COLUMBIA — Senate Majority Leader Harvey Peeler – saying there is “no way” S.C. lawmakers will raise the state’s gas tax – has proposed borrowing money and taxing out-of-state truckers to repair the state’s highways.
The Gaffney Republican’s bill, introduced Wednesday, is the latest attempt by a lawmaker to solve one of the state’s most vexing problems: How does the state spend more money on roads without raising one of the lowest gas tax rates in the country?
South Carolina has $48.3 billion in road-repair needs through 2033. But it only has $19 billion to pay for those repairs, leaving a $29 billion shortfall.
The state now relies on gas taxes to pay for road repairs. But with gas prices at historic highs, lawmakers have refused to debate raising the state’s 16-cents-a-gallon gas tax.
Instead, lawmakers from both parties have offered several proposals to spend more money on roads without raising taxes.
• Gov. Nikki Haley tried paying local governments to take over state-owned roads – an idea that lawmakers rejected – and proposed using a portion of the state’s revenue growth to repair bridges.
• House Speaker Bobby Harrell, R-Charleston, has proposed using 80 percent of the state sales taxes on cars for road repairs.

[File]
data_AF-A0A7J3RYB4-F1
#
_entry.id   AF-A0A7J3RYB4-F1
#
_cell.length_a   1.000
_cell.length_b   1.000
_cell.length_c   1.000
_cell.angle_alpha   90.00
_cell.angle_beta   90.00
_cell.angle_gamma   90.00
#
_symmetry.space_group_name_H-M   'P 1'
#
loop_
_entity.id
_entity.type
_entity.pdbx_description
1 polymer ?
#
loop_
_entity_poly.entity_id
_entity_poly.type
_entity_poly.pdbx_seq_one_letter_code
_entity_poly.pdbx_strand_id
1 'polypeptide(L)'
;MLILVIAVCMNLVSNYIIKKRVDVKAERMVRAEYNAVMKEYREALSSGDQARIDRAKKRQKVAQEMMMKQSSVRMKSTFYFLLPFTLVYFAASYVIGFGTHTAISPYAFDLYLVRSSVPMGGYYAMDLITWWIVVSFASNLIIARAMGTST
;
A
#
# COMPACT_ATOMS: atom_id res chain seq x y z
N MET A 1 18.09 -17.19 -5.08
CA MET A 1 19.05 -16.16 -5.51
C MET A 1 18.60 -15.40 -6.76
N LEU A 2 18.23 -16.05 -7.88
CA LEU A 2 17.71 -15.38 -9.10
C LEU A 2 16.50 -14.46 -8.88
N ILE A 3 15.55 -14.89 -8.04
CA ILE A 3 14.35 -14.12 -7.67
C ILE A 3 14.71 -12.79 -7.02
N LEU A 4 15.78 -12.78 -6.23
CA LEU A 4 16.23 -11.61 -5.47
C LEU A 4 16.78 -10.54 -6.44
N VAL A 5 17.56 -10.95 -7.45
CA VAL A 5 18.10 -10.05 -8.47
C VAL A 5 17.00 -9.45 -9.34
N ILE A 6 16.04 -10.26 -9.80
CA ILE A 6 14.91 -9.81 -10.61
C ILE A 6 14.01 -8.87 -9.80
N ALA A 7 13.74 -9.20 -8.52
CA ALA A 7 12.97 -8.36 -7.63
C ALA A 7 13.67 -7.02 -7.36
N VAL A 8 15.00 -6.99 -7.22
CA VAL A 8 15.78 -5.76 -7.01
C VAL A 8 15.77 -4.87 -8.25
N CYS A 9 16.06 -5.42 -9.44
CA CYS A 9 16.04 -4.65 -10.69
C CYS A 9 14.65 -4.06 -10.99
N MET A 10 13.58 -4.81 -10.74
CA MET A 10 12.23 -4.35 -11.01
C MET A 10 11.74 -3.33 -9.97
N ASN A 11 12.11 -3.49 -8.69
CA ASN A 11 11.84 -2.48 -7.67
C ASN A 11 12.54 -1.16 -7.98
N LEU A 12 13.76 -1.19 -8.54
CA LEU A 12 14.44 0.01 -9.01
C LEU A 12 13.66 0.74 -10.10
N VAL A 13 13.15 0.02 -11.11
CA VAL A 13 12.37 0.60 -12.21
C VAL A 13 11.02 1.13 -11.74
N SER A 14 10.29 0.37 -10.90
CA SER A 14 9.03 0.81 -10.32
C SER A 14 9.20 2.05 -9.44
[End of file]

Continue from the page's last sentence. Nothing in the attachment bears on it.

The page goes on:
• Senate Minority Leader Nikki Setzler, D-Lexington, wants to borrow $500 million and distribute it to the state’s 46 counties to repair local roads.
Peeler’s bill borrows from those ideas and adds more proposals that he hopes will rally Democrats and Republicans. But even if Peeler’s bill passes, it only will add about $230 million in state money plus up to $500 million in loans to pay for road repairs.
“Granted, it’s a drop in the bucket, but it’s still a drop,” Peeler said. “It’s an empty bucket right now.”
Portions of Peeler’s bill quickly ran into opposition.
For instance, he wants to take state revenue generated from sales taxes on cars – about $103.5 million this year – and give half to the state Department of Transportation and half to the State Infrastructure Bank, which would use it to borrow money for major projects.
But doing that would cut the state’s education budget by $20 million a year, something Setzler, the Senate’s Democratic leader, said he would never support.
The bill also would classify ethanol – up to 10 percent of the gasoline you buy – as a motor vehicle fuel. Peeler says doing that would ensure the state collects all of the gas taxes it should.
But Michael Fields, executive director of the S.C. Petroleum Marketers Association, said his group would oppose that. “Straight ethanol is not a motor fuel. It’s blended with a percentage of gasoline,” Fields said.
Peeler’s bill also would tax out-of-state commercial truckers – a tax in-state truckers already pay.
“(Out-of-state truckers) won’t necessarily like it,” said Rick Todd, executive director of the S.C. Trucking Association. “(But) when you look at the fact that our fuel tax is so much lower than our sister states and most state tax, I think it’s palatable.”
Even with its problems, Setzler said Peeler’s bill encourages him that lawmakers will be able to come up with a compromise.
“There may be parts of Senator Peeler’s bill I differ with, but that doesn’t mean that we can’t work together and come to a good product,” Setzler said. “This is a vehicle to begin the conversation.”